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Desertification battle powers ecosystem revamp

By ZHUANG QIANGE and PANG BO | China Daily | Updated: 2024-06-21 09:22
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Workers in Horqin district build grass grids for sand control in North China's Inner Mongolia autonomous region, June 17. [Photo/Xinhua]

As a power supply worker in the Inner Mongolia autonomous region, Wang Fei is proud he is doing his bit in combatting desertification in a region known as the Horqin Sandy Land — the second-largest of its kind in China.

The region covers an area of 5.73 million hectares, spanning 16 counties, banners and districts in the prefecture-level cities of Tongliao, Chifeng, as well as Hinggan League.

Wang's unit, State Grid Tongliao Power Supply Co, has developed a new model of coexistence between the sandy grid and economic necessity, letting its staff members engage in a campaign they call the "Hundred-Herb Bag Initiative" and plant fire-resistant green vegetation along the power lines.

As 52.9 percent of its total area is covered by sandy topsoil, Tongliao plans to develop "five major ecological industries" in achieving "five major ecological governance targets", so as to win the battle against Horqin by 2030.

Wang, head of the Baxiantong Central Power Supply Business Office, said Tongliao Power Supply Co has constructed a herb garden, selecting 12 plant species suitable for growth in Horqin for seedling, germination and experimental cultivation.

Carrying bags of seeds of plant species such as Pterolobium punctatum and Salix gordejevii, the power grid employees can plant green vegetation along their power line inspection routes, helping strengthen the foundations of the towers as well as stabilize the sand dunes, he said.

This can also help solve the problem of unstable power grid operations as well as high operating and maintenance costs caused by falling poles, he said.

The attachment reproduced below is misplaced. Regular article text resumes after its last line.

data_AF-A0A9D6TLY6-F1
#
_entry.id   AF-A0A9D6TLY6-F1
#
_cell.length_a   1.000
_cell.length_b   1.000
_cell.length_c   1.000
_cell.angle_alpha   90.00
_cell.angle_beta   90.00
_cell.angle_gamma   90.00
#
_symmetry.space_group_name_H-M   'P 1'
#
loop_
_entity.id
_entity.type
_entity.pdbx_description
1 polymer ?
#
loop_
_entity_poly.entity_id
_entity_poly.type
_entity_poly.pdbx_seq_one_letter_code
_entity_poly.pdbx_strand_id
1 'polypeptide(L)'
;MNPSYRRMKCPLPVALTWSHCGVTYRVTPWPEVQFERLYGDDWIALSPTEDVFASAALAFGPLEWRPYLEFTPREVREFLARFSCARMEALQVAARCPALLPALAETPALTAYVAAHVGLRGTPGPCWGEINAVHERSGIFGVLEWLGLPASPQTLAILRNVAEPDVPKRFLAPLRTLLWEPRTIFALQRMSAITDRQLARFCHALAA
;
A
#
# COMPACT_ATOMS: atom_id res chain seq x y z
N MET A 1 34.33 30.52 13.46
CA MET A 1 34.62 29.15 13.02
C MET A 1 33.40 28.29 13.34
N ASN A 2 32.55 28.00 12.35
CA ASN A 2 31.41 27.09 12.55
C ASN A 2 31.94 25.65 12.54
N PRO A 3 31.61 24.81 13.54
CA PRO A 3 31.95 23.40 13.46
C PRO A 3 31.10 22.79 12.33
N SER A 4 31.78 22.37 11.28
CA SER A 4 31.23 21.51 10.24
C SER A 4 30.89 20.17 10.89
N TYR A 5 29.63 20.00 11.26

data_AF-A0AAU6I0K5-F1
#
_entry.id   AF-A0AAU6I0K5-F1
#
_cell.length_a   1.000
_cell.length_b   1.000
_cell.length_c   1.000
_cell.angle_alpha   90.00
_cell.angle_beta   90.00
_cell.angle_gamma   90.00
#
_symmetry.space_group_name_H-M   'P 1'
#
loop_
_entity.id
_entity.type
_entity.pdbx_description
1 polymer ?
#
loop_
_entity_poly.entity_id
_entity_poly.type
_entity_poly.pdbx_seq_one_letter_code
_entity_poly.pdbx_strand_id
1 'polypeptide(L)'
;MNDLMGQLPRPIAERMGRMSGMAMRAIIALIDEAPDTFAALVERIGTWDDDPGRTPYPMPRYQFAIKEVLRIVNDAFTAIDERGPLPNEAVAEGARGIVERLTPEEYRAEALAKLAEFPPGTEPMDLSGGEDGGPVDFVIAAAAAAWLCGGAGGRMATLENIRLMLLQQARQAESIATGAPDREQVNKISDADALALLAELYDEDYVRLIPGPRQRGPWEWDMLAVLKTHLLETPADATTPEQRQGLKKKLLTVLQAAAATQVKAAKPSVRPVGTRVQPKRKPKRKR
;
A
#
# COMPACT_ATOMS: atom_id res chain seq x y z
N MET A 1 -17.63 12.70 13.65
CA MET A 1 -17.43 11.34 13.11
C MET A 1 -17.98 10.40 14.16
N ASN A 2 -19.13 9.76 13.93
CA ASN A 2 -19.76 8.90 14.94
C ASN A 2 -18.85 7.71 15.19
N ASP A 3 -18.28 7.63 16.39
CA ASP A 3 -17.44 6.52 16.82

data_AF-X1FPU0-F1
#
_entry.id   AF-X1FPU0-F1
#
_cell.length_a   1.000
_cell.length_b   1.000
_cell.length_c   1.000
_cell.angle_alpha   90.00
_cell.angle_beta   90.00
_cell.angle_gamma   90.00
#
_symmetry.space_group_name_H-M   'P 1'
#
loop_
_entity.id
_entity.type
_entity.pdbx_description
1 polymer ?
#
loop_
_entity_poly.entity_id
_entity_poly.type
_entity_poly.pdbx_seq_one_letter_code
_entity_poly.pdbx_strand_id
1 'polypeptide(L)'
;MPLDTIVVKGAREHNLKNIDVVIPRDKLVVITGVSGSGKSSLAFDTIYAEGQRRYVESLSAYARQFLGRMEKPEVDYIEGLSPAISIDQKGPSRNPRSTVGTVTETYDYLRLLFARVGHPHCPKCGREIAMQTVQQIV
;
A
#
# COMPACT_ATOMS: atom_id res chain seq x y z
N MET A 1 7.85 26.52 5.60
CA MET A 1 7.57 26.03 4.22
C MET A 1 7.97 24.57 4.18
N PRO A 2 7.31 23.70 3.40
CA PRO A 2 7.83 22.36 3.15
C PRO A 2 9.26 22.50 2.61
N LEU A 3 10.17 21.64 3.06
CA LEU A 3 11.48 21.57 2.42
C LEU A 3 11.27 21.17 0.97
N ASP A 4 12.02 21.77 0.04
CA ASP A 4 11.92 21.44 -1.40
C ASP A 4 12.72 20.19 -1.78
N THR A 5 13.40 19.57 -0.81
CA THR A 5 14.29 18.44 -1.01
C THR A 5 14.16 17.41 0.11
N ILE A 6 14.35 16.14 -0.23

To keep the plants in the sandy soil, they have devised various methods such as constructing grass grids and planting drought-resistant shrubs and willows, all of which aid in wind protection and soil reinforcement, Wang said.

"Since launching the Hundred-Herb Bag Initiative, we power workers have successfully transformed 23.3 hectares of sandy soil into fixed sand dunes, slashing the number of line failures by 56 percent, or 103 occurrences, while protecting the beauty of nature," Wang said.

Besides planting fire-resistant green vegetation, the power workers also distribute seedlings among nearby villagers, encouraging them to grow the plants in their fields and earn extra income, Wang said.

Tumen Jaregen, a villager in Ulaaneregegacha under Naiman banner's Baxiantong town, said: "This year, 68 kilograms of seeds were distributed to villagers, and 1.7 hectares of sandy land were planted. When the seeds sprout, we can earn an extra income of 22,500 yuan ($3,160) for each hectare."

Cui Yubo, government head of Baxiantong, said the good practice of power workers spreading grass seeds while checking power lines has not only provided better guarantees for electricity supplies of local herdsmen, but also improved the ecological value of the sandy areas.

"Their Hundred-Herb Bag Initiative is a good project that is environmentally friendly and benefits the people," Cui said.

According to Tongliao's municipal forestry and grassland bureau, the existing 2.73 million hectares of sandy land in the city are still fragile in an ecological sense, and difficult to control.

When the battle against Horqin is won by 2030, the city's forest and grass coverage rate could reach 54.68 percent while the comprehensive vegetation coverage rate of desertified land could fall to 48 percent, it said.

By then, Tongliao would be in a position to develop its forest medicine industry as well as its forest and grass carbon sink industry, it said, noting that by 2030, the cultivation area of the city's agricultural base featuring red apples will likely reach 33,330 hectares, with an expected annual output valuing 2 billion yuan.

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